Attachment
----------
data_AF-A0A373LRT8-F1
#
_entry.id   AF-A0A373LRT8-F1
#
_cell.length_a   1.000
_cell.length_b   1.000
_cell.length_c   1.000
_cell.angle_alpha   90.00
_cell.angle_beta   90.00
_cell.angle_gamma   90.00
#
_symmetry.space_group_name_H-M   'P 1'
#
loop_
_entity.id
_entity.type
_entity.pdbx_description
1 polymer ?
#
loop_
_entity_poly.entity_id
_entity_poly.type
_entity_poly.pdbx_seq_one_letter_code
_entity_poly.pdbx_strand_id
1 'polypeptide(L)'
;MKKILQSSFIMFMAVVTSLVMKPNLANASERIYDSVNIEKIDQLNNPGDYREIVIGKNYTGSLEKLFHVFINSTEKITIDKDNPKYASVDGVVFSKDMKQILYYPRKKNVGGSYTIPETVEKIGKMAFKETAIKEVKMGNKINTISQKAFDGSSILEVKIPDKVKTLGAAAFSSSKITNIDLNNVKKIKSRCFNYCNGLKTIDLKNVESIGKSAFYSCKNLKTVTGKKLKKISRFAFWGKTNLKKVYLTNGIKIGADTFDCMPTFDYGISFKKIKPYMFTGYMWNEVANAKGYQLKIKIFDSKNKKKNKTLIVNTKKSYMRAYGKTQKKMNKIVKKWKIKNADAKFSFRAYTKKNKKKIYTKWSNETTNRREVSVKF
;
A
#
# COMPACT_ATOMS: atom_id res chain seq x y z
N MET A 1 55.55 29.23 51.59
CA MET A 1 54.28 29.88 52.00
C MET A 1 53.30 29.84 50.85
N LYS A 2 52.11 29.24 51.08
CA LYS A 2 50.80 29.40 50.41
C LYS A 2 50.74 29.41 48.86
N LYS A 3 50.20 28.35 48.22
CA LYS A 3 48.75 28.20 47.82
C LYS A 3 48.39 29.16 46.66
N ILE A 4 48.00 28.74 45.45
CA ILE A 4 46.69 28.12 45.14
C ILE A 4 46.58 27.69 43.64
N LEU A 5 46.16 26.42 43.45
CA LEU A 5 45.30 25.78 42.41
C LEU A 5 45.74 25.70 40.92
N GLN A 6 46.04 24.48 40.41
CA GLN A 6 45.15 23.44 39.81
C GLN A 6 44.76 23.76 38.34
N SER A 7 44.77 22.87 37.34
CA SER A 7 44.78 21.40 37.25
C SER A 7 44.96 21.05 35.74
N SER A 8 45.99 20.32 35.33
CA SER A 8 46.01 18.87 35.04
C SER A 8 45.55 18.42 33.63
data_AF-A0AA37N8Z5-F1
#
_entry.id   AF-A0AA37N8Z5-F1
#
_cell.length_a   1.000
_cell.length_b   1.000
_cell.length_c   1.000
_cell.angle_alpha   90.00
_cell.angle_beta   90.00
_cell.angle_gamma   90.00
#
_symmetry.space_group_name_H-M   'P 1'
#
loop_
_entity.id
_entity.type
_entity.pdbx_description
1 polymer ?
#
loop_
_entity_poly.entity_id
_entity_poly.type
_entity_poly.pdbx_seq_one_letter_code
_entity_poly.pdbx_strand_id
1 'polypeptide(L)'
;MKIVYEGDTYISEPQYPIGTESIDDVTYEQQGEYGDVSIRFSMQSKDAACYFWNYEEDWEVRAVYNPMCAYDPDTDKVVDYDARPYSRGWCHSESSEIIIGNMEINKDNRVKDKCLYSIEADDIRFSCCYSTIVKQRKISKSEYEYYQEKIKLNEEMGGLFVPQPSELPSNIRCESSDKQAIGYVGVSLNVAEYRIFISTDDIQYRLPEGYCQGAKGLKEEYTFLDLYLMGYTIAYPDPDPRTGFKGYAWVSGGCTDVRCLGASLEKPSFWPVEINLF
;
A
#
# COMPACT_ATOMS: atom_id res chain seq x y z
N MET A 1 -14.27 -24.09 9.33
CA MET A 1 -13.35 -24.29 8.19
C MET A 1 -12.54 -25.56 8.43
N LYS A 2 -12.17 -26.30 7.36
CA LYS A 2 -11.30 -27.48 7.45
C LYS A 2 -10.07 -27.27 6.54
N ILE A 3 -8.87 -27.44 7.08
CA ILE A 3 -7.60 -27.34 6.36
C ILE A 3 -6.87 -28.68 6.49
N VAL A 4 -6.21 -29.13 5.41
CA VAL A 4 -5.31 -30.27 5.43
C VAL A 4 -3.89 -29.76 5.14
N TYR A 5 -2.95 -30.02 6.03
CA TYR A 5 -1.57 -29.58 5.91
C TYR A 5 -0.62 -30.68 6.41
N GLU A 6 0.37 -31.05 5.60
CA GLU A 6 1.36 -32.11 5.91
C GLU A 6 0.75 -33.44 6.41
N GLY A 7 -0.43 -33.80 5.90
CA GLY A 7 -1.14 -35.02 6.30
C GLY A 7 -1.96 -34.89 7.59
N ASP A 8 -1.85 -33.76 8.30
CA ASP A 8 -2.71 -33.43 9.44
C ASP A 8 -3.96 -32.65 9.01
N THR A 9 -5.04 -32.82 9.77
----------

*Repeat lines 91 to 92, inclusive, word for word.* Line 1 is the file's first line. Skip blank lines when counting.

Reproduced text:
N ILE A 3 -8.87 -27.44 7.08
CA ILE A 3 -7.60 -27.34 6.36